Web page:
by Ben McLeod
Observing how a baby reacts to visual stimuli and it is easy to see how jewelry gets the attention of children and adults alike. Beauty, color and shine are universal attractants not limited to humans. Many species of animals and insects all react and respond to visual cues that often utilize elements of color and brilliance.
The effect on primitive man may be safely inferred the effect such objects produce upon infants. When an infant is shown a brilliantly colored object, they reach for it and gaze into the object. Vibrant colors pleasure the optic nerve. This can also be seen in the animal kingdom as well. Some animals especially birds will collect objects to build their nests with. The birds often travel great distances to find some of the objects. They are very meticulous and even though a similar bone may be close to their nest, they may not want it and travel a long distance to get one that looks very similar.
Jewelry designs for children have roots in many ancient cultures. Gifts of jewelry have been presented to honor the birth of child or to recognize other milestones in a childs development. Even today, many cultures adorn children with body jewelry at an early age. Body piercing is common even in western countries. It is not unusual for parents to pierce the ears of a newborn, adorning the child with earring jewelry. Though there is a great of debate surrounding this practice, it reflects customs that go back thousands of years.
Not limited to body jewelry, gifts of precious metals and gemstones for children are well documented throughout history. The Magi are said to have brought the newborn Jesus a gift of gold to honor him. Jewelry that has been in the family for many years is often given to child in hopes of carrying on a generational tradition. Birthstones, precious gems that have a connection to astrology, are common gifts for children. History is replete with stories and lore about the powers of precious gems and amulets. Bead jewelry has always had a strong cultural significance for children.
The moonstone is regarded as blessed or holy and is thought to bring good fortune to the wearer. In some cultures, the stone was thought to make the wearer invisible and is now believed by some in the New Age community to impart a level of spiritual permanence or even immortality to the wearer. It is widely believed that small children and infants are granted certain protections by owning the stone.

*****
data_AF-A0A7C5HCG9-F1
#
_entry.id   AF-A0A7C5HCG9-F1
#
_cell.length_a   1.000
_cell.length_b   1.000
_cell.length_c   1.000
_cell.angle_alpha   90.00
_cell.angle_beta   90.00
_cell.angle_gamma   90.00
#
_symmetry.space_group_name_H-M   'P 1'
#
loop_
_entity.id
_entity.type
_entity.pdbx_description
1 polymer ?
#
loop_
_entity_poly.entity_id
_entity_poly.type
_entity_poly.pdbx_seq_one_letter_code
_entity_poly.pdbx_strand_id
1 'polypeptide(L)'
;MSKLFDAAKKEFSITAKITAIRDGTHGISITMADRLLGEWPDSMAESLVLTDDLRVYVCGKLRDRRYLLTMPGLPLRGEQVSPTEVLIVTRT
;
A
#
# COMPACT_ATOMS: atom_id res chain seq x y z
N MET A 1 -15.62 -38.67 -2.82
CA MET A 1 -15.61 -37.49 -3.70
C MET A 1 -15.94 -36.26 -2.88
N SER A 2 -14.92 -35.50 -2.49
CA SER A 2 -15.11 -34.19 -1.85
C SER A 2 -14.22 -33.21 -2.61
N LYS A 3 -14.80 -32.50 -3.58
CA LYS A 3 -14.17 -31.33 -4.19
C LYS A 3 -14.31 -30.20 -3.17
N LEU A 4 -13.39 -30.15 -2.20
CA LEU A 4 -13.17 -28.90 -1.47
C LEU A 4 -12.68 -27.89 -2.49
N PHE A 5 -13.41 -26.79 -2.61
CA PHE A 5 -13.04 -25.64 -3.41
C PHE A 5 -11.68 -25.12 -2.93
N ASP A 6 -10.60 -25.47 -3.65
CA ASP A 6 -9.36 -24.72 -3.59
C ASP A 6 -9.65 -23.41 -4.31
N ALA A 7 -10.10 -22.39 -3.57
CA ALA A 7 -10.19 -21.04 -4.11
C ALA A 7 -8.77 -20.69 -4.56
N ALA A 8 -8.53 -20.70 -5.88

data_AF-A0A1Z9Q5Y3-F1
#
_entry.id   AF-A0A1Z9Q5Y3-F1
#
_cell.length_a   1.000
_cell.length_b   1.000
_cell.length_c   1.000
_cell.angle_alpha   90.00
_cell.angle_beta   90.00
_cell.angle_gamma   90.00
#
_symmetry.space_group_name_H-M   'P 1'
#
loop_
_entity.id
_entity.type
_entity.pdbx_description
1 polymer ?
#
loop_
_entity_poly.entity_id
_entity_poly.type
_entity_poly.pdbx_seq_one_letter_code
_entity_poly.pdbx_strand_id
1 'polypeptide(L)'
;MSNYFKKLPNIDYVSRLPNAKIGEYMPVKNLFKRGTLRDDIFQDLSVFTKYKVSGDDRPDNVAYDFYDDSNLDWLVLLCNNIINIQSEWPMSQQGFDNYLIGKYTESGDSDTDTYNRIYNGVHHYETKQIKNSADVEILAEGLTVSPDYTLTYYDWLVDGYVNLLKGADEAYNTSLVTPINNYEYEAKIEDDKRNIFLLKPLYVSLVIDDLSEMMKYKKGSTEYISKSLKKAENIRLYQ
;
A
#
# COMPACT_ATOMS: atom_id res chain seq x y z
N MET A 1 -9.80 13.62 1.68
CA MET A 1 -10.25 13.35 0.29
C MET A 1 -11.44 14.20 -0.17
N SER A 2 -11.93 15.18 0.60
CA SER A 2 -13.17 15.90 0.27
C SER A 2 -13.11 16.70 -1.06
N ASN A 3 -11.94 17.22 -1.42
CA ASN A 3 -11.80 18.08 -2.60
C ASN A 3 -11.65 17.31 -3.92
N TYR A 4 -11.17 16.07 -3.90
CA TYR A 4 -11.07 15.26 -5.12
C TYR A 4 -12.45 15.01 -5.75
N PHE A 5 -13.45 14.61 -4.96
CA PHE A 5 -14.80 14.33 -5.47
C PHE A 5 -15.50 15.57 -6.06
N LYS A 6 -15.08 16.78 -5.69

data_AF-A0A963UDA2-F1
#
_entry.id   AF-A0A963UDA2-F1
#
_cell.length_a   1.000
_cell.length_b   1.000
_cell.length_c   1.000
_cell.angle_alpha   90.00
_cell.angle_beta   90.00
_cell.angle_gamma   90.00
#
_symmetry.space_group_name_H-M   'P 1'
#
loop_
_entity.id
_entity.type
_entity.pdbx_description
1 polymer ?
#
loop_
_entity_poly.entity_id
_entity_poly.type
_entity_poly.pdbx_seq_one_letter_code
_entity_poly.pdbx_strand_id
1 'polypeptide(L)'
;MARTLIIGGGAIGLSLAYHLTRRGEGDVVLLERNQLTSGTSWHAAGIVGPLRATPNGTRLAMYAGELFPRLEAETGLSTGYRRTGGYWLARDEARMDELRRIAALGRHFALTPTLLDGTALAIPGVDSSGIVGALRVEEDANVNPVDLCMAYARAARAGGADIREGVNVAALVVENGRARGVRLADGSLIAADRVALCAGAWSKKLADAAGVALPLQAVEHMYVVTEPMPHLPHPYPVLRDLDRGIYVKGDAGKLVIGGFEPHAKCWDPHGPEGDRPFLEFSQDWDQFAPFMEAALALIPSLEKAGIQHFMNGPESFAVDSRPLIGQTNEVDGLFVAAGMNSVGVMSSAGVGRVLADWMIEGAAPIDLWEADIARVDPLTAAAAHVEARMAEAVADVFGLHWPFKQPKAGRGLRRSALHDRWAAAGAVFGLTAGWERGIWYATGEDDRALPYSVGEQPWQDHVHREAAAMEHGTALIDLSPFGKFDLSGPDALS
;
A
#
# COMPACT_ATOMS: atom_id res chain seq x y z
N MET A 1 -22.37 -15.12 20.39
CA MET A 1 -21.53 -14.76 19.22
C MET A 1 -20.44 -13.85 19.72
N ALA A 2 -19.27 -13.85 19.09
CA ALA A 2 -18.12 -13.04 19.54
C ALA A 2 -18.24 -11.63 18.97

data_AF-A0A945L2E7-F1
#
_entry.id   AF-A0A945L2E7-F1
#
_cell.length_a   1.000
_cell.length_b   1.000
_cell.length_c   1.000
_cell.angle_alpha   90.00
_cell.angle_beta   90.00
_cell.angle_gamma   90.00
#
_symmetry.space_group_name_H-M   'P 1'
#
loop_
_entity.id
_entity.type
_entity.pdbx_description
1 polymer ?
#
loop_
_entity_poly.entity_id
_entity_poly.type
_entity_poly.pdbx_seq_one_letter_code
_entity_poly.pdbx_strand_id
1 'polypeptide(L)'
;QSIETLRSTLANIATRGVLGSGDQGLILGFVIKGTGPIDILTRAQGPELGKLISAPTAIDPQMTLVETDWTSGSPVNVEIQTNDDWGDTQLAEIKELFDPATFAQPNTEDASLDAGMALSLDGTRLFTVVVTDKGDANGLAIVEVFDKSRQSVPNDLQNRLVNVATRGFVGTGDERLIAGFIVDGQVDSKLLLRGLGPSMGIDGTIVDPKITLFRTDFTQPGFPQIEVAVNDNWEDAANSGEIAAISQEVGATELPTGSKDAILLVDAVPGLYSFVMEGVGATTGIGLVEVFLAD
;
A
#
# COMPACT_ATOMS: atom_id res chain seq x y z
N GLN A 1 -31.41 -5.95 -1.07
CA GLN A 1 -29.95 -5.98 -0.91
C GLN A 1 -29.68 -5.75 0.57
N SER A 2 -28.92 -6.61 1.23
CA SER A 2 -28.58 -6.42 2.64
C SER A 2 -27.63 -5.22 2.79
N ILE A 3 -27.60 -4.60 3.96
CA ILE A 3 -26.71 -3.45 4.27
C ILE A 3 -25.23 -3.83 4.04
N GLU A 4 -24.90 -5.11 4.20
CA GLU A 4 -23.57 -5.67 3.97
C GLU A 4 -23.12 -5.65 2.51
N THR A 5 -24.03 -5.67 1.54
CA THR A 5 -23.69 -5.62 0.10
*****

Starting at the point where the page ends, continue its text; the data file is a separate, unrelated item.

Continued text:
Along with the power of associated with gems, amulets and talisman, the sheer beauty of precious metals and gemstones is not lost on older children. In western cultures, jewelry has been thought of as an adornment primarily for females. Bracelets, rings and earrings have been considered must have items for modern girls and young women. The fascination of gold has not been lost on men and young boys.
Men have worn rings, tie tacks, stickpins and other items of jewelry as a display of wealth and influence. The late twentieth century saw a tremendous growth in the market for jewelry designed for boys and young men. In todays modern times, it is not uncommon to see young boys sporting earrings and body piercings. The hip hop culture has had a tremendous influence, creating a completely new language to describe flashy, audacious jewelry.
Even though the bling has become the thing for many kids today, traditional jewelry gifts for young men and boys are still popular. Whether a watch to signify graduation from school or a class ring.